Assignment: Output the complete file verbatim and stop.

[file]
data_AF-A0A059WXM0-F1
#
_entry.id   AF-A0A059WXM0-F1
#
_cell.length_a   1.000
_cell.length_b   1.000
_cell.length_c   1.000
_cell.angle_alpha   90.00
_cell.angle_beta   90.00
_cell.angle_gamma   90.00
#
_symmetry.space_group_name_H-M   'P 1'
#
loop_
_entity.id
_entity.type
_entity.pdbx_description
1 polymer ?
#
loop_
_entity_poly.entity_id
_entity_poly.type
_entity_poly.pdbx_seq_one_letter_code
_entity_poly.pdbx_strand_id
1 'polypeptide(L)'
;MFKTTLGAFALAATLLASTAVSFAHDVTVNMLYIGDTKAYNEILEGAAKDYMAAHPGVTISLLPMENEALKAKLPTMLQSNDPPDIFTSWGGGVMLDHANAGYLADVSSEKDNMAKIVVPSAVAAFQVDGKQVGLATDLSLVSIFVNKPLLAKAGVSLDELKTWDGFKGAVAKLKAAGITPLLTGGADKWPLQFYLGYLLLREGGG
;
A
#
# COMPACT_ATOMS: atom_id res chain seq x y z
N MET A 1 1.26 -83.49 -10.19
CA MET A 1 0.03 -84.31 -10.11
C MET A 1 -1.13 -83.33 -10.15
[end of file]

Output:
data_AF-A0A059WXM0-F1
#
_entry.id   AF-A0A059WXM0-F1
#
_cell.length_a   1.000
_cell.length_b   1.000
_cell.length_c   1.000
_cell.angle_alpha   90.00
_cell.angle_beta   90.00
_cell.angle_gamma   90.00
#
_symmetry.space_group_name_H-M   'P 1'
#
loop_
_entity.id
_entity.type
_entity.pdbx_description
1 polymer ?
#
loop_
_entity_poly.entity_id
_entity_poly.type
_entity_poly.pdbx_seq_one_letter_code
_entity_poly.pdbx_strand_id
1 'polypeptide(L)'
;MFKTTLGAFALAATLLASTAVSFAHDVTVNMLYIGDTKAYNEILEGAAKDYMAAHPGVTISLLPMENEALKAKLPTMLQSNDPPDIFTSWGGGVMLDHANAGYLADVSSEKDNMAKIVVPSAVAAFQVDGKQVGLATDLSLVSIFVNKPLLAKAGVSLDELKTWDGFKGAVAKLKAAGITPLLTGGADKWPLQFYLGYLLLREGGG
;
A
#
# COMPACT_ATOMS: atom_id res chain seq x y z
N MET A 1 1.26 -83.49 -10.19
CA MET A 1 0.03 -84.31 -10.11
C MET A 1 -1.13 -83.33 -10.15